Freezing Tomatoes

basket of tomatoes

basket of tomatoes

If your garden looks anything like mine, you have more tomatoes this year than ever before. Did you know that you can freeze tomatoes whole? No canning, boiling, or chopping involved—it’s my preserving method of choice. I freeze whatever abundant produce I know we won’t have time to eat while it’s still fresh. And believe it or not, there is a correct and an incorrect way to freeze, and it’s just as easy to do it the right way as it is the wrong. Here are some tips to avoid freezer burn and clumping for tastier end results come mid-winter.

growing plant


Freezing Tomatoes

Tips for freezing:

I freeze green beans, strawberries, zucchini— you name it. But right now, I’m freezing basket upon basket of tomatoes. Some produce, like zucchini, should be cut beforehand, but I keep my tomatoes whole.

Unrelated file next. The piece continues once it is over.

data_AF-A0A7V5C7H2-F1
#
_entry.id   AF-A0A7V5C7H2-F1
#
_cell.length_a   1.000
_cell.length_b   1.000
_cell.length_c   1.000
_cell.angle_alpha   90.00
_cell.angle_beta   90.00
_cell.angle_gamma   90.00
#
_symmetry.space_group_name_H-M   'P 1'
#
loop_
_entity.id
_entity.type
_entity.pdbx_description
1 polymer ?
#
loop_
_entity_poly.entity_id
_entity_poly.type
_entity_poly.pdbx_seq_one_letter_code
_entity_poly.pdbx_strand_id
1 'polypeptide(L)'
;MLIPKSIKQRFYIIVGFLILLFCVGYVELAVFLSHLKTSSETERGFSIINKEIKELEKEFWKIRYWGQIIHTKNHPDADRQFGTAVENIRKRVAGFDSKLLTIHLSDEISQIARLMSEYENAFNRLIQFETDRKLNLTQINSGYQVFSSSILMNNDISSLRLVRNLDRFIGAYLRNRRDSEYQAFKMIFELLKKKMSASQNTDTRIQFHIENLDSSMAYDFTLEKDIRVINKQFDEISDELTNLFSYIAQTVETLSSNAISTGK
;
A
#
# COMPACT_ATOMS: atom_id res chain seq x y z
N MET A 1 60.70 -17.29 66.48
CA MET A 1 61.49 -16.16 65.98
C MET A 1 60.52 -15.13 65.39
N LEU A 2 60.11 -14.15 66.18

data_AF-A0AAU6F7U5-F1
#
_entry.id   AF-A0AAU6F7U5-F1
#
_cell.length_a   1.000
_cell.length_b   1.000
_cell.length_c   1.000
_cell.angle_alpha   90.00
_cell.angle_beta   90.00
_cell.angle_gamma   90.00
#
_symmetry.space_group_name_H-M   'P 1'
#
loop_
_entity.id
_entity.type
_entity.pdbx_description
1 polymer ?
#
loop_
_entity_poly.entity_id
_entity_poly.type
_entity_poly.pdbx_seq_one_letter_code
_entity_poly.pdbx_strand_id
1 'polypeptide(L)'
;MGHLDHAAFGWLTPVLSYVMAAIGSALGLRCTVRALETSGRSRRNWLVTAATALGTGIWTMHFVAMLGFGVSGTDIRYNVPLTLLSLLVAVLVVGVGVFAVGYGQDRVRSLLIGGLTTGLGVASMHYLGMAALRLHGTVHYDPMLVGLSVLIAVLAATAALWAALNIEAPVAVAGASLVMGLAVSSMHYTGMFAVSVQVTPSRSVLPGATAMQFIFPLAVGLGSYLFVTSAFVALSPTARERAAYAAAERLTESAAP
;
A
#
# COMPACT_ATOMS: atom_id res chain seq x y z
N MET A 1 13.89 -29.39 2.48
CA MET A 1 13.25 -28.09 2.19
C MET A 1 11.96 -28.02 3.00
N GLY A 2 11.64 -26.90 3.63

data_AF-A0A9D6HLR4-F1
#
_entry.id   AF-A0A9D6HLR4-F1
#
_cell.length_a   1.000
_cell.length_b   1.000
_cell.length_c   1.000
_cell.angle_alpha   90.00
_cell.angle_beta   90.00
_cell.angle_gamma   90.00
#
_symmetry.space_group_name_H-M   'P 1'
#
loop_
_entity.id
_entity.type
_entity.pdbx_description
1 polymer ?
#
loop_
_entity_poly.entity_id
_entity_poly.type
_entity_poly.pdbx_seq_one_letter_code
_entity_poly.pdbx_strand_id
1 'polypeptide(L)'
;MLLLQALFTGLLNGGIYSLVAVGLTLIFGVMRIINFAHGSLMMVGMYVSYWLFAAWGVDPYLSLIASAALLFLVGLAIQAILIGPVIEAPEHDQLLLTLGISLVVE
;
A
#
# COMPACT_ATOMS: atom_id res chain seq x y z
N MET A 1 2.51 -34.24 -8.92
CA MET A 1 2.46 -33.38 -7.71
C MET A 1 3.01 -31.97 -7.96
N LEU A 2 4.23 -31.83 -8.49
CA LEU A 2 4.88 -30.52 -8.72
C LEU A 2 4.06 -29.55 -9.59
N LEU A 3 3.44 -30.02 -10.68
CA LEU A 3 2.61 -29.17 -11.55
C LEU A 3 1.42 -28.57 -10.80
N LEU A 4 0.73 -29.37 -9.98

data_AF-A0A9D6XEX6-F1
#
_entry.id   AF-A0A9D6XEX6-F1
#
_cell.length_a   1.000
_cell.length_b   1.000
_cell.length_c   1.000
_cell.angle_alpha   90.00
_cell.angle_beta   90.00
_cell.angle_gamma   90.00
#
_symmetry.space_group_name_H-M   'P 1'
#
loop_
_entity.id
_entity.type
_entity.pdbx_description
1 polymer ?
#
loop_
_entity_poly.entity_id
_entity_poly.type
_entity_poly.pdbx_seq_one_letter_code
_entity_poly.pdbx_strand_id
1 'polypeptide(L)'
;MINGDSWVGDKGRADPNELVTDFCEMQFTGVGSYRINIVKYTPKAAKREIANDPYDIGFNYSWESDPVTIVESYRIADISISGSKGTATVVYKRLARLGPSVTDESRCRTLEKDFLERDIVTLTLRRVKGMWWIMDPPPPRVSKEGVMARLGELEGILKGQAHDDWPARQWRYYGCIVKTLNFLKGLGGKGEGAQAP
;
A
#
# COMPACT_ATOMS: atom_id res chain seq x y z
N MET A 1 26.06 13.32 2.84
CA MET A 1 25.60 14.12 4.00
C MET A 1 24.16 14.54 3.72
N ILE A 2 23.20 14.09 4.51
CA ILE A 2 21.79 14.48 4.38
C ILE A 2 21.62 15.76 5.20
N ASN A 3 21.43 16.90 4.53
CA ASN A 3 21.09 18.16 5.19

• Wash and dry well with cloth towels.


• Remove stalks or stems.


• Lay out your produce on a cookie sheet lined with parchment paper — don’t allow your fruit or vegetables to touch each other.


• Slip that entire cookie sheet (uncovered) into the freezer and freeze until your produce is frozen solid — depending on size, this can take anywhere from one to five hours.


• Pour your now-frozen produce into a freezer safe bag (date it!) and store for up to six months.


Throughout the year I thaw the tomatoes in a collinder and use them for soups, sauces and sides. Rica’s tortilla soup, Berber omelet and roasted tomatoes, to name a few.